Overnight Defense

Defense & National Security — Presented by Lockheed Martin — Administration on defense after intelligence report 

AP Photo/Susan Walsh, File

The Biden administration went on defense on Wednesday after reports emerged that the U.S. has provided Ukraine with intelligence that helped it target Russian generals as the invasion drags on.  

We’ll sort through the drama. Plus, we’ll talk about why fears are growing that Russia could escalate assaults on Ukraine ahead of May 9.  

This is Defense & National Security, your nightly guide to the latest developments at the Pentagon, on Capitol Hill and beyond. For The Hill, I’m Jordan Williams.

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Officials go on defense over report 

The Biden administration sought to clear things up on Thursday after The New York Times reported that the U.S. has provided Ukraine with intelligence that helped it target Russian generals during Moscow’s invasion.  

Where this started: Senior administration officials told The New York Times on Wednesday that the U.S has provided intelligence to Ukraine’s armed forces and that it has been used to help kill Russian generals who have died during the country’s ongoing war. 

While not specifying how many Russian generals have been killed thanks to U.S. assistances, sources told the newspaper that the information was part of a classified program that aims to help Ukrainians provide real-time intel. Ukraine maintains that it has killed 12 Russian generals. 

The Times reported that Ukrainian officials have combined location details from the U.S. plus their own intelligence to conduct strikes that have helped kill members of the Russian forces. 

White House’s perspective: Asked about the report, National Security Council spokesperson Adrienne Watson acknowledged that the U.S. shares intelligence with Ukraine but slammed The Times for the way it framed its story.  

“The headline of this story is misleading and the way it is framed is irresponsible,” Watson said. “The United States provides battlefield intelligence to help the Ukrainians defend their country.  We do not provide intelligence with the intent to kill Russian generals.” 

Pentagon weighs in: Without directly criticizing the story, Pentagon spokesman John Kirby later told reporters that the U.S. provides intelligence to help Ukraine.  

Kirby declined to elaborate further from the podium. However, he added that Ukraine can also gather its own intelligence, and that it receives intelligence from other partners aside from the U.S.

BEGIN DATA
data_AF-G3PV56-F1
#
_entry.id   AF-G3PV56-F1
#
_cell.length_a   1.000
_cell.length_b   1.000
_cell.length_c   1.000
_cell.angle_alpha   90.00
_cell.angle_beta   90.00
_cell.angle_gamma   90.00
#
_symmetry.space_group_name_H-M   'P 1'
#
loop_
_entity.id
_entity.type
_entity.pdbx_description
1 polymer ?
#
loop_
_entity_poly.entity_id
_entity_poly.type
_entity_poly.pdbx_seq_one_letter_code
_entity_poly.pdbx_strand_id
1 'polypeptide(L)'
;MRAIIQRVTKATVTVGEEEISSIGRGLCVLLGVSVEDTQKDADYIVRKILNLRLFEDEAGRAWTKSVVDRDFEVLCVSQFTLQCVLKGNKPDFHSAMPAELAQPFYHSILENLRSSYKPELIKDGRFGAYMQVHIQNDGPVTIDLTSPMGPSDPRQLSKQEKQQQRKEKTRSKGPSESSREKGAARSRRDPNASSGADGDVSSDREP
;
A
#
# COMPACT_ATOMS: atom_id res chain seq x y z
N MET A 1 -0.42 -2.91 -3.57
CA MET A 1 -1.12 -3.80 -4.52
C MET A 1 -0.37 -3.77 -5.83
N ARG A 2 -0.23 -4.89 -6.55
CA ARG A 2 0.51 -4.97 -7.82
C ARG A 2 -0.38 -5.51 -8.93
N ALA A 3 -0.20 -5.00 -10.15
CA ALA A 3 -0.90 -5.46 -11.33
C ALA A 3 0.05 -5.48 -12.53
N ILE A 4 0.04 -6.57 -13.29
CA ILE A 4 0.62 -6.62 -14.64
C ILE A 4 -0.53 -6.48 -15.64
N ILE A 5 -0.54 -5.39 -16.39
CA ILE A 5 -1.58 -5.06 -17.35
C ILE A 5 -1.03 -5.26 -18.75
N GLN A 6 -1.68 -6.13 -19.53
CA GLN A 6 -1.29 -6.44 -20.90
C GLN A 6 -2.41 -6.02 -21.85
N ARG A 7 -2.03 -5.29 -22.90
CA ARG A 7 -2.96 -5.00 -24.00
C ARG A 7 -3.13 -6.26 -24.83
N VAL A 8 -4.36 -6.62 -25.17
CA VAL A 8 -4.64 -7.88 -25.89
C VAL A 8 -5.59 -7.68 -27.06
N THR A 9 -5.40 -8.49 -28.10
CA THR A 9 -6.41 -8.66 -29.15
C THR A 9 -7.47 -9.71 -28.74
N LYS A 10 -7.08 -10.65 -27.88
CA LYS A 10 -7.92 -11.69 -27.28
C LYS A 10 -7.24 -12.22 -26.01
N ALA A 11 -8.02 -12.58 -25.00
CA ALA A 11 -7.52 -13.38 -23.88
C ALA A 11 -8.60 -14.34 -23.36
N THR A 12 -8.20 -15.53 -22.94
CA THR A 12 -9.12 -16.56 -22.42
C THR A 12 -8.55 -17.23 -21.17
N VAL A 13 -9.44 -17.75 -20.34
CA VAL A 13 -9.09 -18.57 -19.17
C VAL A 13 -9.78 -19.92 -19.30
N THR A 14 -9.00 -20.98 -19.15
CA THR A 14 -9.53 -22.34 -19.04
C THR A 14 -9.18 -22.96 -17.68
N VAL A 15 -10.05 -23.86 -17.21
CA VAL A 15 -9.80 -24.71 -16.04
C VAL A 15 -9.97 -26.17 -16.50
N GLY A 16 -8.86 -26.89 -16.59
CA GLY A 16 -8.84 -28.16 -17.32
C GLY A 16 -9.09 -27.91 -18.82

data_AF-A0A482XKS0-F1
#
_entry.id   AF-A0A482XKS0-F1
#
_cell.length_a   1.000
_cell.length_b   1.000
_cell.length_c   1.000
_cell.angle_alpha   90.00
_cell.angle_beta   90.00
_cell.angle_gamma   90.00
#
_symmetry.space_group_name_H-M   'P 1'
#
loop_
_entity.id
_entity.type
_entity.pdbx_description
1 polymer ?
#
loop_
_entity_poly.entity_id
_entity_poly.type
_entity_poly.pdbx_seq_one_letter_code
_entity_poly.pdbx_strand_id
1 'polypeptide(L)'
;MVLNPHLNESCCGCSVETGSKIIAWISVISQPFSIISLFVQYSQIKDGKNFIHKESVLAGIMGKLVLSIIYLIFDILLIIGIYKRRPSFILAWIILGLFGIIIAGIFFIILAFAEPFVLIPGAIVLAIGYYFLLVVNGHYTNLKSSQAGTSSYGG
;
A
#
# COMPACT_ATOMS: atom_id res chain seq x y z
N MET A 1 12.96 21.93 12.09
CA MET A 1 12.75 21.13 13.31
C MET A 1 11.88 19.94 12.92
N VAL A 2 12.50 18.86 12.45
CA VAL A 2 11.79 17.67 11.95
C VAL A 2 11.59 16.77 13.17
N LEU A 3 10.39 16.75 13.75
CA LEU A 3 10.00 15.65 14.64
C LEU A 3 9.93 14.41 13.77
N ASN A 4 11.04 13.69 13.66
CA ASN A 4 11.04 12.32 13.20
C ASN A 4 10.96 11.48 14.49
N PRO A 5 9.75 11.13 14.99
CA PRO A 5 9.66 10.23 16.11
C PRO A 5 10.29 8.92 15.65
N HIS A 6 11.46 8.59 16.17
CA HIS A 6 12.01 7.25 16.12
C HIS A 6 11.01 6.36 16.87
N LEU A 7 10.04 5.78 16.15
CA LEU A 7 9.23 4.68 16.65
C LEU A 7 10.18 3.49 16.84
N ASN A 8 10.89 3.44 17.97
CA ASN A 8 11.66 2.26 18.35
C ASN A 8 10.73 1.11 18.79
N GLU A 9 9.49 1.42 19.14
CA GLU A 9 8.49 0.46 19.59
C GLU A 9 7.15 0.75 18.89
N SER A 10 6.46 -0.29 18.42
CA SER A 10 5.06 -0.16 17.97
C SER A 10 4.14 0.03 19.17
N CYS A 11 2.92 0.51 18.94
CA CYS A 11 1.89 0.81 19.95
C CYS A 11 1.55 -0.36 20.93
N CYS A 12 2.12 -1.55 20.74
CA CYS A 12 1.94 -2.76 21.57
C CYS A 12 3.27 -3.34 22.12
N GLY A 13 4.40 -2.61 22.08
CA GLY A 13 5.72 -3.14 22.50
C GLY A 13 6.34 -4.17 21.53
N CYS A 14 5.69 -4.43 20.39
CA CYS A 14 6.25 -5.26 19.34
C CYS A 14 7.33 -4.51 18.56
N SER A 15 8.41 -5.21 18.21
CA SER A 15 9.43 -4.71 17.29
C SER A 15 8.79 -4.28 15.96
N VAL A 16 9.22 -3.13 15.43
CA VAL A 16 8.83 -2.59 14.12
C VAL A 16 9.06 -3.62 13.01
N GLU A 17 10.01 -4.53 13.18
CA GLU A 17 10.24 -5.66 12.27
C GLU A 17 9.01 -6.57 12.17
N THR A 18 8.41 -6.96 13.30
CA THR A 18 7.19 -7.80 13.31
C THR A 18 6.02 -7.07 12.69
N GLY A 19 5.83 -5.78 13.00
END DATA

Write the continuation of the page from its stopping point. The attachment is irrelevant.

“Ukraine combines information that we and other partners provide with the intelligence that they themselves are gathering, and then they make their own decisions and they take their own actions,” he said.  

Multiple generals killed: Multiple generals from the Russian army have been killed by Ukrainian forces during the ongoing conflict between the two countries, which began on Feb. 24. 

Most recently, Russian authorities confirmed the death of the commander of the 8th Army, Maj. Gen. Vladimir Petrovich Frolov, last month, saying that he died during infighting with Ukrainian troops, with St. Petersburg Gov. Alexander Beglov citing the late general as a hero.  

Austin huddles with South Korea defense chief 

Defense Secretary Lloyd Austin held a phone call with South Korea’s Minister of National Defense Suh Wook, the Pentagon said Thursday.  

The call comes several weeks ahead of President Biden’s scheduled visit to South Korea.  

What the leaders discussed: The leaders discussed North Korea’s recent ballistic missile launch, which they say “threatens the peace and stability of the Korean Peninsula and the Indo-Pacific region,” according to a readout of the call from the Pentagon.  

U.S. Indo-Pacific Command confirmed the launch, which took place Wednesday.  

“The Secretary reaffirmed the ironclad U.S. commitment to the defense of the ROK, leveraging the full range of U.S. military capabilities, to include extended deterrent capabilities,” the readout said.  

Upcoming travel: The phone call comes ahead of President Biden’s expected visit to South Korea and Japan from May 20-24.  

That trip will come one week after he hosts a gathering of the Association of Southeast Asian Nations in Washington, D.C.  

During that trip, Biden is expected to meet with newly elected South Korean president Yoon Suk Yeol and with Japanese Prime Minister Fumio Kishida. 

Why fears are rising ahead of May 9  

Western officials speculated that Russia’s Victory Day on May 9 could see the escalation of the country’s assault on Ukraine.  

Russia honors May 9 as the day the Soviet Union defeated Nazi Germany in 1945, with the Soviet Union losing more than 24 million people during World War II.  

Russia commemorates the day with military parades, festivals and fireworks, but some fear this year the country will use the national holiday to intensify attacks on Ukraine. 

Officials say Russian President Vladimir Putin could declare an official war against Ukraine, after so far referring the invasion only as a “special military operation.” 

“I think he will try to move from his ‘special operation,’” British Defense Secretary Ben Wallace previously told LBC Radio. “He’s been rolling the pitch, laying the ground for being able to say, ‘Look, this is now a war against Nazis, and what I need is more people. I need more Russian cannon fodder.’” 

Read more here 


  • The Atlantic Council will host a discussion on “Is humanitarian assistance reaching Ukraine?” at 10 a.m. 
  • The Reagan Foundation will host a virtual event entitled “Linking Resources to Strategy: A Discussion on the National Defense Strategy and FY23 Budget” at 10 a.m. 


That’s it for today. Check out The Hill’s Defense and National Security pages for the latest coverage. See you tomorrow!


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